I’m not an educator. I don’t pretend to know how this whole education thing works. But what I do know is that the teachers who taught these identified kids for years, and did a fabulous job of teaching them to love learning and encouraging them to push themselves a little harder all the while respecting the individual child’s learning style, are no longer allowed to push the kids who strive hardest to learn the most. Now, in this new school year, there is a new crop of gifted teachers at Claire’s old elementary school. From what I’m hearing the changes are not in the best interest of those kids who have an innate desire to learn but who go about it a little differently than others. From what I’m hearing, there are instances of square peg kids trying to be stuffed into round holes. Those differences in a child’s individualized learning style don’t seem, to me (and I know I’m just a mama and not an educator), to be supported by the new curriculum. One of my friends, whose child is in the new version of the gifted class, said “There is a difference between a gifted kid and one whose parents are obsessed with their ‘success’ or the idea of success.” My friend’s son is a bright, almost too bright of a kid, but he dances to the beat of his own drum. He doesn’t fit any mold. He’s a square peg and his teachers are not too pleased with him. And that, to me, sums up why labeling kids fails…he’s a square peg being forced into a round hole by teachers who just want to work with the “easy” kids. Not all kids who are super smart and thrive on challenge are easy. And this bright kid who has a different way of learning is now being asked to leave the gifted program. I may not be an educator and I may not know how this whole education thing works but to me this situation reeks to high heaven.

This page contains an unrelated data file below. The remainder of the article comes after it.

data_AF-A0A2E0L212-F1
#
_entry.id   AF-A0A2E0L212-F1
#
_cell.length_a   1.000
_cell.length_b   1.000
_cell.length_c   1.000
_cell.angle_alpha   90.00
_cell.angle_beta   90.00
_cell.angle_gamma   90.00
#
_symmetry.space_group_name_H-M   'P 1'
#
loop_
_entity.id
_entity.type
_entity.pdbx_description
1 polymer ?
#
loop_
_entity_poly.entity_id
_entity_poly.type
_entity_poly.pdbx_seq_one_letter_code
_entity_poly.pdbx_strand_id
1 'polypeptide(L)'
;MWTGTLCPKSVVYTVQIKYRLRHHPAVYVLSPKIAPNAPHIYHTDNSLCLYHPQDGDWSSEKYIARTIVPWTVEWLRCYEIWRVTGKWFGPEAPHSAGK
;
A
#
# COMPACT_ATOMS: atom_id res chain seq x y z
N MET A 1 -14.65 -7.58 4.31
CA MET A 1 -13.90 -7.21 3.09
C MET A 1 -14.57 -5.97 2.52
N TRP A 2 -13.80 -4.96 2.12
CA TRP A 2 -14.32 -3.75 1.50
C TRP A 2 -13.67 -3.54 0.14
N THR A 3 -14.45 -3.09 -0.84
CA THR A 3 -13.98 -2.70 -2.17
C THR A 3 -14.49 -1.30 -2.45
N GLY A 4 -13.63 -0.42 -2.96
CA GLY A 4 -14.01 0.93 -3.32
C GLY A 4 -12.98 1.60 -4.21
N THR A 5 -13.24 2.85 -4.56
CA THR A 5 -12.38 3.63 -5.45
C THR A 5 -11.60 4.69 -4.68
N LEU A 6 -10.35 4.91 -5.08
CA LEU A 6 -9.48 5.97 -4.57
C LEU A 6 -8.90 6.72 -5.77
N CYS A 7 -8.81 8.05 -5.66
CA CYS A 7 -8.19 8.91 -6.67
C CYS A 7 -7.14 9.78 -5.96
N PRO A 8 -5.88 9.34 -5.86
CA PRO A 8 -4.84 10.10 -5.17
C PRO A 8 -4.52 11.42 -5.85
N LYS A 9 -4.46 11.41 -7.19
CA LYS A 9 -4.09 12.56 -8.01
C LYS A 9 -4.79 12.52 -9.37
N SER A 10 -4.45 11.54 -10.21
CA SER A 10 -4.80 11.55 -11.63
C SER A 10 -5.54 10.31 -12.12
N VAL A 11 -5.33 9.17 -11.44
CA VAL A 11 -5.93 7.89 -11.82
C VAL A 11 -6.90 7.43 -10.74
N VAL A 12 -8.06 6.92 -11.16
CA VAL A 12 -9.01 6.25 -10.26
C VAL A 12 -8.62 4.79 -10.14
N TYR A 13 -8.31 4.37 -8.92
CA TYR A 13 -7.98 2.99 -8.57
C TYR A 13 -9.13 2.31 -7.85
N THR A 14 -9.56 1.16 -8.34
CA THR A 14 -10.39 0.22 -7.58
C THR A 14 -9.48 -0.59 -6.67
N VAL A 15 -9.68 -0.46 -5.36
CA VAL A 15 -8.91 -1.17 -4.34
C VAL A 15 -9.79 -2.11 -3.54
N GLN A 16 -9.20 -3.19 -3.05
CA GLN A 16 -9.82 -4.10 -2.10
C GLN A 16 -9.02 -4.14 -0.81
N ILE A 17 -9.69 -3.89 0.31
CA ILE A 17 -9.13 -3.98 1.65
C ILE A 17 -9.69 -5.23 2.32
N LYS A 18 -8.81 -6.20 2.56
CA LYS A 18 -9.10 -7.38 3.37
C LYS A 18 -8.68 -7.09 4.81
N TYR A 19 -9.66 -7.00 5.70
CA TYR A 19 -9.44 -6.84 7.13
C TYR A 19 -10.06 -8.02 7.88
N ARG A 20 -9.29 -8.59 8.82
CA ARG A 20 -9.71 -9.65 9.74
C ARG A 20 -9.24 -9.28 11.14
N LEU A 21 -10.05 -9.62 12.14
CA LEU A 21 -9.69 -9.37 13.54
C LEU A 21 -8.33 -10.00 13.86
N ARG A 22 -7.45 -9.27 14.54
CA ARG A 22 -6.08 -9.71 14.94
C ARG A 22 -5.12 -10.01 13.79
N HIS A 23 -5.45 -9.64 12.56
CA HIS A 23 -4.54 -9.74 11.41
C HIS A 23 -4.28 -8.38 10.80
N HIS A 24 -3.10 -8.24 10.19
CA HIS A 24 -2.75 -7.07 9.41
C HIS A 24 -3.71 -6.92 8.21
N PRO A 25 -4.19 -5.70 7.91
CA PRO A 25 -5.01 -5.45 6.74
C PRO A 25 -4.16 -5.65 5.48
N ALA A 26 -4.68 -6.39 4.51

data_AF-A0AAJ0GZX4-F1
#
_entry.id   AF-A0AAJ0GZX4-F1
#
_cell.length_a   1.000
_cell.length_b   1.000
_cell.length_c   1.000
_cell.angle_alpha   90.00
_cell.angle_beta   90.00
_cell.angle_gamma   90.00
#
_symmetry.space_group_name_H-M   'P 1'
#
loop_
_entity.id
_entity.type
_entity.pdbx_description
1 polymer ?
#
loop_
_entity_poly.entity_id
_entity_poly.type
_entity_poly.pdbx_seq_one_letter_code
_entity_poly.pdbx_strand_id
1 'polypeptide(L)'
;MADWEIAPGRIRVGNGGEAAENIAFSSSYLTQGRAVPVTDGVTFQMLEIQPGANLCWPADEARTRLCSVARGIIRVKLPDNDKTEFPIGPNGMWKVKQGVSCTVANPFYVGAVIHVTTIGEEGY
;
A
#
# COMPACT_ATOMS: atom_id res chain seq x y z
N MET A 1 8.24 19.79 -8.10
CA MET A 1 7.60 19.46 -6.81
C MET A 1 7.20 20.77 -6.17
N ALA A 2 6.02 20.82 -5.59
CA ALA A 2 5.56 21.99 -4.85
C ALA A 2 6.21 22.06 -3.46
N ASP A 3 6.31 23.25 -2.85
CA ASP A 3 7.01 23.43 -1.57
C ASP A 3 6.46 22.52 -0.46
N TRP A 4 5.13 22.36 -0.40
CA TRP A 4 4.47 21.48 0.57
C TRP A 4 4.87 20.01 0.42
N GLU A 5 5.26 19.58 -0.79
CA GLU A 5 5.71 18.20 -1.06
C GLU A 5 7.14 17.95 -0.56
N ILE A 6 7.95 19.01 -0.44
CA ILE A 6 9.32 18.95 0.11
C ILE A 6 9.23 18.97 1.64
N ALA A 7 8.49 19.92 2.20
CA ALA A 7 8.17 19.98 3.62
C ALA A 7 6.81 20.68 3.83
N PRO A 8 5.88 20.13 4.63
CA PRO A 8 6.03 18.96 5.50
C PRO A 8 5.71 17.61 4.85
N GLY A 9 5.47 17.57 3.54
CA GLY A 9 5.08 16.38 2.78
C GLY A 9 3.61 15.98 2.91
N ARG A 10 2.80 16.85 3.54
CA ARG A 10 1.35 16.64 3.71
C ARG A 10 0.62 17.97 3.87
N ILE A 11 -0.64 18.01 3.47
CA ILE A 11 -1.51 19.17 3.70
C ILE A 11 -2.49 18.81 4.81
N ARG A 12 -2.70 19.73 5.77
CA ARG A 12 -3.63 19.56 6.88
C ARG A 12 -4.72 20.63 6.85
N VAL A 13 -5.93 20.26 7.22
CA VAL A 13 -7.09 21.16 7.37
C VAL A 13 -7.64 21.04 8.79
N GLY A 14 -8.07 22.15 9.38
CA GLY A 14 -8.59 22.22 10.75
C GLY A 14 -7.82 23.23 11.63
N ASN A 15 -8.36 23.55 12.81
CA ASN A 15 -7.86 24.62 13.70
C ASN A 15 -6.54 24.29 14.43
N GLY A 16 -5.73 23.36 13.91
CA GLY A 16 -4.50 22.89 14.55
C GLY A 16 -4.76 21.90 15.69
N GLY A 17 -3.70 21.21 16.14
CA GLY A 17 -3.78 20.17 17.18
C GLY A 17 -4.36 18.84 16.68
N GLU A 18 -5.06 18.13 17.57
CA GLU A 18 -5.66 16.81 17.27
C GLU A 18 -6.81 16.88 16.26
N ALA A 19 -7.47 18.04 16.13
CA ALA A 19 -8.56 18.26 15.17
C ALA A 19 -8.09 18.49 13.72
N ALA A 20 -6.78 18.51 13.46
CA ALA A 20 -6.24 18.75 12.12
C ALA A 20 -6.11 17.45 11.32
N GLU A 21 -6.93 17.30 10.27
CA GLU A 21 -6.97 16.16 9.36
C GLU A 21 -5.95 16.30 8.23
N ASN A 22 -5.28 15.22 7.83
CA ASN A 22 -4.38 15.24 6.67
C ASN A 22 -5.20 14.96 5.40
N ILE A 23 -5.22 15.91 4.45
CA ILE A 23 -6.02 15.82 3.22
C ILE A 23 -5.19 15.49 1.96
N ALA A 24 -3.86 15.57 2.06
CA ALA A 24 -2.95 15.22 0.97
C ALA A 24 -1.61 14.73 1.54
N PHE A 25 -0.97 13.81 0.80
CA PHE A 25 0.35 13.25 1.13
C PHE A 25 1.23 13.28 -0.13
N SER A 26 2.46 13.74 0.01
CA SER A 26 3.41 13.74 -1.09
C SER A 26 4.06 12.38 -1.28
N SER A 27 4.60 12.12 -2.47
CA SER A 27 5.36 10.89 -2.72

So is this the right path ~to weed out kids who truly want to learn and grasp concepts easily? Is it a good path? To me, this whole thing stinks of “The Race to Nowhere” where our kids are pushed harder and harder academically by shoving more and more down their throats, rather than helping them to expand on their own desire to learn. I realize it’s a challenge and a balance to teach all kids and probably more so with kids who have labels but I think, in this situation, this child is being served a big plate of disservice. I think if schools are going to take the time to test and label kids as “gifted” they need to be given the opportunity to prove their smarts and not asked to leave the program after a month.